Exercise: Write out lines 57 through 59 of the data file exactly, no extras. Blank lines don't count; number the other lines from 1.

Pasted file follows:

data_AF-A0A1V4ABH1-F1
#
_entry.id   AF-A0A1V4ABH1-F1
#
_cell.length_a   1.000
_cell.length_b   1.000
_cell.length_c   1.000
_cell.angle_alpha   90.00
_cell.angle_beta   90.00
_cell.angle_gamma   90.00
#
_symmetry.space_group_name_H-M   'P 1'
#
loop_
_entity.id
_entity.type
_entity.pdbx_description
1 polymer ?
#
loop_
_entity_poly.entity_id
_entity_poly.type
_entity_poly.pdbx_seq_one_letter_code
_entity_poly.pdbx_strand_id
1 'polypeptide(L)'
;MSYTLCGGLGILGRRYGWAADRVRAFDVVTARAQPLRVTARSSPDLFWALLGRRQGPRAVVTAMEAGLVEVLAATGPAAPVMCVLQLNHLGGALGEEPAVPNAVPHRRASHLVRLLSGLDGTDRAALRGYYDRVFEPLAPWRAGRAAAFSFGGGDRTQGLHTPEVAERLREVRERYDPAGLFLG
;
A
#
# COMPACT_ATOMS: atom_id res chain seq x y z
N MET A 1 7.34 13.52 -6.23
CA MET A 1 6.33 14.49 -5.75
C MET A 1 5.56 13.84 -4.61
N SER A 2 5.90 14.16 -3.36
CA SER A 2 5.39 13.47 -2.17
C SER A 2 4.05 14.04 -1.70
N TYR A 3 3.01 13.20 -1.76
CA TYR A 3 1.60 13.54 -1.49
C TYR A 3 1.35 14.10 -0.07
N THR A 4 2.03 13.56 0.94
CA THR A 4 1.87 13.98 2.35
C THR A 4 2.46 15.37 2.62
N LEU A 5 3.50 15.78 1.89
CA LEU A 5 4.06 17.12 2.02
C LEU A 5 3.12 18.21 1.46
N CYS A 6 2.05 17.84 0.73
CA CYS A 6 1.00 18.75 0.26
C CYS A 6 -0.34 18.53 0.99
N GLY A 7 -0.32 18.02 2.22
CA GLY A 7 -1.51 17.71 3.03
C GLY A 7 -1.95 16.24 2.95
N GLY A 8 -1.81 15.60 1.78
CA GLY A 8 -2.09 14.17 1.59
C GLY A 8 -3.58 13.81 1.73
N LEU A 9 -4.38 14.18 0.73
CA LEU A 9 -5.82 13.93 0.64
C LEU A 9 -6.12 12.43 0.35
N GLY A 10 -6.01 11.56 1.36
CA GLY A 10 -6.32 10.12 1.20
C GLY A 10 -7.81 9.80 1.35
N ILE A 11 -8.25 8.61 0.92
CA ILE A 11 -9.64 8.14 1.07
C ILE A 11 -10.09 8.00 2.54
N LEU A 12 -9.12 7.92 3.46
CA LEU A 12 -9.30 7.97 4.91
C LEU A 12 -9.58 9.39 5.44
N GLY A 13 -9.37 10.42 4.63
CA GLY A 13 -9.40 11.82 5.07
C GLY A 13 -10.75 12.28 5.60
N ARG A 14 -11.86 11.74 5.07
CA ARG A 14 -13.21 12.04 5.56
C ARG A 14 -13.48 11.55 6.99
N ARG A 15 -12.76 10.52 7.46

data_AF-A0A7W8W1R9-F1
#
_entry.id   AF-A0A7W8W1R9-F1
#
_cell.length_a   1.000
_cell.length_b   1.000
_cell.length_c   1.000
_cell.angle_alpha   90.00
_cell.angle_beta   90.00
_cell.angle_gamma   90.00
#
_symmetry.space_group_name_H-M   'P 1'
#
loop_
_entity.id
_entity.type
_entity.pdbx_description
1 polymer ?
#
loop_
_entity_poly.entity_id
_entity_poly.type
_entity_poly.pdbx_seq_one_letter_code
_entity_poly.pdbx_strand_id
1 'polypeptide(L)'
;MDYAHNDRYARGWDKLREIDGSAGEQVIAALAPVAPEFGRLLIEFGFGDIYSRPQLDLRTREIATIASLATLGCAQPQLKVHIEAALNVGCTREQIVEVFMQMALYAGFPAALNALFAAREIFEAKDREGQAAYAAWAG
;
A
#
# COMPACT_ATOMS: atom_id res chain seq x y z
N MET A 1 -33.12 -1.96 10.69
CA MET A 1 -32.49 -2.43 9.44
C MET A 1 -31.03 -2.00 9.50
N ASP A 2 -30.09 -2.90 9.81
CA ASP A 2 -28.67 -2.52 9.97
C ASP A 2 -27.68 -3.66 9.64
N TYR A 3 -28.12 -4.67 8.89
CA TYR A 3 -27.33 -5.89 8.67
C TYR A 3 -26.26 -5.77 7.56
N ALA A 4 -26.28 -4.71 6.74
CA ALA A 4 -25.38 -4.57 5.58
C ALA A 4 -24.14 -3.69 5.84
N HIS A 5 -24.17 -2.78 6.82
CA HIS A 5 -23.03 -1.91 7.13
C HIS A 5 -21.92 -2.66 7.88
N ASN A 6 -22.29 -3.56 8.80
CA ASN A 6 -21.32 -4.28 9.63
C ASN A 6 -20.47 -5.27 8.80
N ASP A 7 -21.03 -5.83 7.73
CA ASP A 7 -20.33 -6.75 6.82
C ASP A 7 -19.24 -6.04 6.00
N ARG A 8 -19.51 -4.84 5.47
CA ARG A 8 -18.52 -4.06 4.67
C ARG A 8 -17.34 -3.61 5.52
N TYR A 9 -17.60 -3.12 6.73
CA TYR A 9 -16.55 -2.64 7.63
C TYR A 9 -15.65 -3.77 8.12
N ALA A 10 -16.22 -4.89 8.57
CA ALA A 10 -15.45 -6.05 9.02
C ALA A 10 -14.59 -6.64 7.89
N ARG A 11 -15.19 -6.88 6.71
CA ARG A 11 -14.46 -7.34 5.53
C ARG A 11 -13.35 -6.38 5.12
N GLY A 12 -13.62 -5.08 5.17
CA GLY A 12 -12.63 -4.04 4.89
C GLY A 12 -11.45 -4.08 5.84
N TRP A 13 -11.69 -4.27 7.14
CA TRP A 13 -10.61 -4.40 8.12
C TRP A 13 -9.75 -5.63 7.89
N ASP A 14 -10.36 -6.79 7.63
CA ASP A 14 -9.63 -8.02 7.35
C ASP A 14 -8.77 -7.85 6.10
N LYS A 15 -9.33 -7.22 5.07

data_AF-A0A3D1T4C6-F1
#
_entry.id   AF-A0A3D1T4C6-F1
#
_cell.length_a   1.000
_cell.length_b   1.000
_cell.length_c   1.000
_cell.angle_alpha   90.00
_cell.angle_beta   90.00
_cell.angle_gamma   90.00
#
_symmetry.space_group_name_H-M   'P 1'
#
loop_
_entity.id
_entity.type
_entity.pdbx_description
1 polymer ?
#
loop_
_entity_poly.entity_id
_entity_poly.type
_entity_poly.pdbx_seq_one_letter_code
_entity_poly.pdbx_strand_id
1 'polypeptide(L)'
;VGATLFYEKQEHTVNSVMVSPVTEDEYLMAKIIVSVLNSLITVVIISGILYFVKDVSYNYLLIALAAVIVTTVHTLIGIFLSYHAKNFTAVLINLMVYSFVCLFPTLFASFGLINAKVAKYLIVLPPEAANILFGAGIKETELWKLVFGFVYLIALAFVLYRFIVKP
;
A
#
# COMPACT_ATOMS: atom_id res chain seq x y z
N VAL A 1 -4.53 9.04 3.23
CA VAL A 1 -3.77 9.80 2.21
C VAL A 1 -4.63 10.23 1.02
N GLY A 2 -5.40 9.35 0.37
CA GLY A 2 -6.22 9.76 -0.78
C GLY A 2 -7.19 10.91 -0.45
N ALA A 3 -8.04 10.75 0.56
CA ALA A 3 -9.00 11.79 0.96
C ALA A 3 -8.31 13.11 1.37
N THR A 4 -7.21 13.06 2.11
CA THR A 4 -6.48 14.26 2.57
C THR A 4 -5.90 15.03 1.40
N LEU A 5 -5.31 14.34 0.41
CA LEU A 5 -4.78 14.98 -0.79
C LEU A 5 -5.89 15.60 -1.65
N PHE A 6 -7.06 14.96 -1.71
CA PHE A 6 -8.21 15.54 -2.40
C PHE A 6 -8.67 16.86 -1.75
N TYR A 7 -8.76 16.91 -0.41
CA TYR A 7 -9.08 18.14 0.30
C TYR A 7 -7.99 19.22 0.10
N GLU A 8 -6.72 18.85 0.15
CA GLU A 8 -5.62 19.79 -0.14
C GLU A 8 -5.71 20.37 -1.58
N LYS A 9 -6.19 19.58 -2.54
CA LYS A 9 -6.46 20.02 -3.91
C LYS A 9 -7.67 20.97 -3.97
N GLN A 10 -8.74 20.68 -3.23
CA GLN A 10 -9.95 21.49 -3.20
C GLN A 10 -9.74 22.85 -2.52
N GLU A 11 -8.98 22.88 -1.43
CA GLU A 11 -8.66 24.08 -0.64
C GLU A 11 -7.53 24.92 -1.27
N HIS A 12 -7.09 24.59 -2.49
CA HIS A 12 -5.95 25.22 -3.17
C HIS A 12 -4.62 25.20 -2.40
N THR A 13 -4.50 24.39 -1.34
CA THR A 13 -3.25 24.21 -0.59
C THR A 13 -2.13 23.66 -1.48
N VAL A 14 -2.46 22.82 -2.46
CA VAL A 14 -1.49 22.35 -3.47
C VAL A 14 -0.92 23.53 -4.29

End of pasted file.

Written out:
C LEU A 9 -6.12 12.43 0.35
N GLY A 10 -6.01 11.56 1.36
CA GLY A 10 -6.32 10.12 1.20